South Sudan's warring parties reach deal on security arrangements

South Sudan President Salva Kiir, Sudan's Omar al Bashir and South Sudan rebel leader Riek Machar hold hands after signing a peace agreement in Khartoum, Sudan, June 27, 2018. /REUTERS
South Sudan President Salva Kiir, Sudan's Omar al Bashir and South Sudan rebel leader Riek Machar hold hands after signing a peace agreement in Khartoum, Sudan, June 27, 2018. /REUTERS

South

Sudan's government and rebels have reached a deal on security arrangements during talks in Khartoum, as part of efforts to end nearly five years of civil war.

The talks have been hosted by

Sudan, from which South

Sudan

declared independence in 2011 after decades of bloodshed.

South

Sudan

itself plunged into war two years later after a political dispute between President Salva Kiir and then-Vice President Riek Machar exploded into military confrontation.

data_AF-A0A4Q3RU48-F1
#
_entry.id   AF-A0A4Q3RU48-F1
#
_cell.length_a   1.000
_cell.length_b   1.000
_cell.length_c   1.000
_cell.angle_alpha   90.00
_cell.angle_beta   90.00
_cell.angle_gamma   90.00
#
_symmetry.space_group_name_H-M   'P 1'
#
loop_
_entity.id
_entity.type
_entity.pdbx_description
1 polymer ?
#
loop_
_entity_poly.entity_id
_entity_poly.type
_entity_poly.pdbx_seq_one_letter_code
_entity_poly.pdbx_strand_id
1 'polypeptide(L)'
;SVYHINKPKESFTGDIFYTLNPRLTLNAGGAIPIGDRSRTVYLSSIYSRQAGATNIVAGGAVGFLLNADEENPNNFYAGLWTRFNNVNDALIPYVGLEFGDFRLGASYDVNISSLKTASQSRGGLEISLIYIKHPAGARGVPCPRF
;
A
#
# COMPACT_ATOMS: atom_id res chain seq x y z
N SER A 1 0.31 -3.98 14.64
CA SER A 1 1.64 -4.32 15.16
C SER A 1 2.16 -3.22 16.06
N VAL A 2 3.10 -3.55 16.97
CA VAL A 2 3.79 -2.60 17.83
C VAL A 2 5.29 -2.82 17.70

Last month, Kiir signed a framework agreement with rebel leader Machar in Khartoum providing for a ceasefire, paving the way for talks towards a full treaty.

But rebels immediately rejected some elements of the accord and both sides have accused each other of violating the truce, trading blame for attacks that have killed 18 civilians.

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On Thursday evening, Sudanese state news agency SUNA

quoted

Sudanese army spokesman Brigadier General Ahmed Khalifa al-Shami as saying that the two South

Sudanese sides had finalised a deal on security arrangements.

The agency said the sides had prepared a draft to be signed at an unspecified date in the presence of

Sudanese Omar Hassan al-Bashir.

Shami said the deal covered four major issues - clearing population centres of armed forces, a time frame to unify and reorganise South

Sudan's military, setting up a joint security committee, and deciding on areas where forces are to be based.

The fighting in South

Sudan

has uprooted about a quarter of its 12 million population, gutted oil production and ruined an already widely impoverished economy.

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